The Sumerian Kings List catalogues the divinely appointed rulers of Sumeria. As you cast your eye down the list one name sticks out. Kubaba, the only Queen on the list of Kings. The divinely appointed sovereign who reigned for over a hundred years.
When we talk about Kubaba its important to understand her context. Mesopotamia is a geographic term, literally meaning the land between two rivers, in this case the Tigris and the Euphrates, Sumeria both indicates a part of that region but is also used more generally to describe the culture of the people who inhabited that area. Whilst this is a gross oversimplification its accurate enough for the purposes of this post. Humans first settled in areas near the coast or near big rivers. The reasons for this are myriad but access to water is essential for life, not just for drinking (as the sea wouldn’t be very helpful there) but as a rule stuff that lives in water and swims in the shallows is relatively less likely to kill you when you are hunting. Rivers made things interesting, thanks to good irrigation of fresh water from rivers crops could be planted, which resulted in food surplus, which allowed specialisation of labour. This is really important, suddenly not everyone had to hunt or forage for most of their day. They could create stuff and trade it for food. And thus, the first civilisations emerged. The Sumerians being one of the earliest we currently know about. The benefit of the two large rivers allowed large crop surpluses. The Sumerians offer us the earliest evidence of law, and taxation, and architecture, and arguably their most important contribution is the development of written language to tell us about all of their achievements.
Side Note(s): I really enjoy the very early mindset of dividing the world into two categories, stuff I want to eat and stuff that wants to eat me; I should also acknowledge that I have just covered about a thousand years of complex human history in less than two hundred words; Sumeria is roughly where we would find modern day Iraq, this is why in his famous speech Captain Tim Collins referred to it as the “cradle of civilisation”.
As Sumeria developed, three cities held dominance; Uruk, Ur and Kish with a notable blip where kingship was transferred to Akshak. The royal dynasties all came from these three cities. When a ruling city fell, the dynasty fell, and a new dynasty started in one of the other cities. As such we tend to refer to periods of time as “The third dynasty of Kish” for the third time a family in Kish ruled Sumeria. This context breathes meaning into a passage from the Sumerian Kings List –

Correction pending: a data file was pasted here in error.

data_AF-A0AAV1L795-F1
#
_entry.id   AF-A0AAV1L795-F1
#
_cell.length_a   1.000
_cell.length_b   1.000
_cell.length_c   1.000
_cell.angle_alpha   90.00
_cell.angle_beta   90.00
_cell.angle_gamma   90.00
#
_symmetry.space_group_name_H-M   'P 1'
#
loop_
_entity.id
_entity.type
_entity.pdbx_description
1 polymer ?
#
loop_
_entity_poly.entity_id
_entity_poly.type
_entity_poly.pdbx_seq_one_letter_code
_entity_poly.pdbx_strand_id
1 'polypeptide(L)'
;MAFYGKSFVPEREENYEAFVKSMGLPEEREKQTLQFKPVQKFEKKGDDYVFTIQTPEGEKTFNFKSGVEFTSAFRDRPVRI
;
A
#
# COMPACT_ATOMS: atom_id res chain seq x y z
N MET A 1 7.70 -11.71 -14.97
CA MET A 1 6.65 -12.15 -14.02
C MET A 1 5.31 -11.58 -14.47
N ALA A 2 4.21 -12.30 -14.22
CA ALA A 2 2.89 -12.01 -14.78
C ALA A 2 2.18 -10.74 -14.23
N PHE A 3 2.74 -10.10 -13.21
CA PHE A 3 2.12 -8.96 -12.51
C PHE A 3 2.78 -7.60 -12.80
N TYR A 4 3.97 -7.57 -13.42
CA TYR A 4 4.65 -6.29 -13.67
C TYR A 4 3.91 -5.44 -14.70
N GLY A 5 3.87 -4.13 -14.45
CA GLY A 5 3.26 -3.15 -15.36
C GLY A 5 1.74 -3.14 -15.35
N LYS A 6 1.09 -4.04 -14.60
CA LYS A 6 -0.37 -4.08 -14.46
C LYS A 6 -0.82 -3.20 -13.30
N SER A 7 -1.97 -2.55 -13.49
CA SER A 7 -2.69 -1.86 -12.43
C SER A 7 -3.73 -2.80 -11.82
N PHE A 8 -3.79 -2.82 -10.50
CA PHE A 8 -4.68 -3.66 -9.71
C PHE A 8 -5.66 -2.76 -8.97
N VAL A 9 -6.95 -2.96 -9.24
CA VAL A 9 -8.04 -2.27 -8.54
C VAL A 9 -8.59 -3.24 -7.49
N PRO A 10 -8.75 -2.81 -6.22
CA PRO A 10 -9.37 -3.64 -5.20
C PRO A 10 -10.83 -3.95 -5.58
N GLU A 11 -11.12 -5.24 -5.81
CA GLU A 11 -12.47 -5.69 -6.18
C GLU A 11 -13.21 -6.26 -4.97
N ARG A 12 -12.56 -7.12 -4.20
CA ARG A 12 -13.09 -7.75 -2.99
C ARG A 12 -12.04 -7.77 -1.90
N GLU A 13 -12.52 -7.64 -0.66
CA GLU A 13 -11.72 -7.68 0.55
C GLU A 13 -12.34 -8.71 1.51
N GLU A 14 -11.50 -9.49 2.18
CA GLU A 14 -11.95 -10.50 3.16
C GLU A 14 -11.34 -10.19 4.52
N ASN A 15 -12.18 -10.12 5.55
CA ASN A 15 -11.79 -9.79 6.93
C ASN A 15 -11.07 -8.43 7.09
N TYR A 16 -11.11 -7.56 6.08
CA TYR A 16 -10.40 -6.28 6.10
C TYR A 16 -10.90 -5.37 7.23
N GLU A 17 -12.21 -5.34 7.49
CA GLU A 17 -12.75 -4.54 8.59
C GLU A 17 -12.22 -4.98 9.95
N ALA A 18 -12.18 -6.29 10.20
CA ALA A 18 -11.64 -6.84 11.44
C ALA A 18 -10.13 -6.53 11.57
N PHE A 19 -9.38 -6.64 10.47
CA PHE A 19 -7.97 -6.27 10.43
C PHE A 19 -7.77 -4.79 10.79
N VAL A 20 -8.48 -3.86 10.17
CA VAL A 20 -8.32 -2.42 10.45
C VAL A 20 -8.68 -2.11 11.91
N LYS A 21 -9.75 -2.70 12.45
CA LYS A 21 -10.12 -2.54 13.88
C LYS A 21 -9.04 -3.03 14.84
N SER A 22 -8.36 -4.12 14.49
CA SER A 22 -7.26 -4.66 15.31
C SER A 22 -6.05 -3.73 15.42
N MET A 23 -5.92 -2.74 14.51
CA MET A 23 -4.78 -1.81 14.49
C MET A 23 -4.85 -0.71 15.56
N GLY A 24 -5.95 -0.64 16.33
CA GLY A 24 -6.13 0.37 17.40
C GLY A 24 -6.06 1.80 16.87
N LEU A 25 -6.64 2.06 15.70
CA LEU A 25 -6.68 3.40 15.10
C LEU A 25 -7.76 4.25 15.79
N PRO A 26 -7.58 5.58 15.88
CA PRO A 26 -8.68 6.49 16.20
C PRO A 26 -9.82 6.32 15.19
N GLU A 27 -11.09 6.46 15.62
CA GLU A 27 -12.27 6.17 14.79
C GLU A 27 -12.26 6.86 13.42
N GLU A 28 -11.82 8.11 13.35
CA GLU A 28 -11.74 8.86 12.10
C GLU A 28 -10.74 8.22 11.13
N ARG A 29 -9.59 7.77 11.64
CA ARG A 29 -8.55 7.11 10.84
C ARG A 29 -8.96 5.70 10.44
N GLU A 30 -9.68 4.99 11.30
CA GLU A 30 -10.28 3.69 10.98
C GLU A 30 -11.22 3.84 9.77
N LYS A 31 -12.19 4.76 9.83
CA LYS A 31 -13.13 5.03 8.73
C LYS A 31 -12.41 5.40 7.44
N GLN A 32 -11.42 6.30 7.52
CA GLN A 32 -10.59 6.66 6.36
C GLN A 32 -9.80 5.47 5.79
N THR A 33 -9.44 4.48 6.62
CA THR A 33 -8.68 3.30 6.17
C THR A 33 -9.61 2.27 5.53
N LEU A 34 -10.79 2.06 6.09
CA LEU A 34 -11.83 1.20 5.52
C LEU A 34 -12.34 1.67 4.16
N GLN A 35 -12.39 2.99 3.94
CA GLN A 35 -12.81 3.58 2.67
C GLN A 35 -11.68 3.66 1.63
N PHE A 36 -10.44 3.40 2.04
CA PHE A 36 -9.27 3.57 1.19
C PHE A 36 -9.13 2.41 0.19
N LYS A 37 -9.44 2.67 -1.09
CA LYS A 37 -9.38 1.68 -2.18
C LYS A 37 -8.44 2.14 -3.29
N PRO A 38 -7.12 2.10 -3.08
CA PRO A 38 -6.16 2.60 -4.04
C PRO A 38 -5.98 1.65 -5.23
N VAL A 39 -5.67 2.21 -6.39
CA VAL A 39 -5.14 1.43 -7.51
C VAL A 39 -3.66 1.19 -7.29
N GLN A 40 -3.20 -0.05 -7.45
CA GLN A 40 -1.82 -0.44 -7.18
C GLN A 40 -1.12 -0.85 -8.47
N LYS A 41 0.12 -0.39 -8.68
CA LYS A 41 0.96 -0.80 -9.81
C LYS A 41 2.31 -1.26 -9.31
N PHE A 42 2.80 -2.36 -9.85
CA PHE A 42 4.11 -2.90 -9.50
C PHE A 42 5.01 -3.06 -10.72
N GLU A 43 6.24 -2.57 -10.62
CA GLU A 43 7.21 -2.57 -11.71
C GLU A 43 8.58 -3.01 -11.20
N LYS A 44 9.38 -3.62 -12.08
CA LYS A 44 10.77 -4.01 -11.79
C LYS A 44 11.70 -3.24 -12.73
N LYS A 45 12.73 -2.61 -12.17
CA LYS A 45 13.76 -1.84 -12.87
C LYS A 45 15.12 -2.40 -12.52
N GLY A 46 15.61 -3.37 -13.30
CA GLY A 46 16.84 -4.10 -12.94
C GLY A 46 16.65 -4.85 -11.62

“At Kish, Ku-Baba, the breweress, the one who strengthened the foundations of Kish, was king; she reigned for 100 years; Kish was defeated; its kingship was taken Akshak.”
There is a bit to unpick here, and I think tis important to start with the term Breweress. Beer was important to the ancient peoples of Egypt and Mesopotamia. It wasn’t the 5% lager that we know today. It was fermented just enough for the alcohol to kill off anything harmful in the water. The alcohol content was enough to keep the people docile without providing a historical basis for a Friday night after an England match. The families that controlled the production of beer were extremely powerful, they would have had interests in trade to obtain the grain for brewing and would have been connected to all levels of society to ensure a solid distribution.
This is not a rags to riches story however when the kings list was first translated that is how it was perceived. Kubaba would have been part of a family that made up the top 1% in the kingdom. A modern comparison, albeit overly simplified would be if the daughter of Bill Gates, Jeff Bezos or Richard Branson ran for government. It would still be a remarkable achievement given the gender inequalities however it would be far less remarkable than a state-schooled girl from a council estate in Portsmouth becoming prime minister.
Side Note: I am not just taking a swing at gender inequality here, there are far more people who come from council estates and undertake state education however the democratically elected ruling class are all from backgrounds of immense privilege. I’m not sure how this counts as proportional representation in the context of social demographics.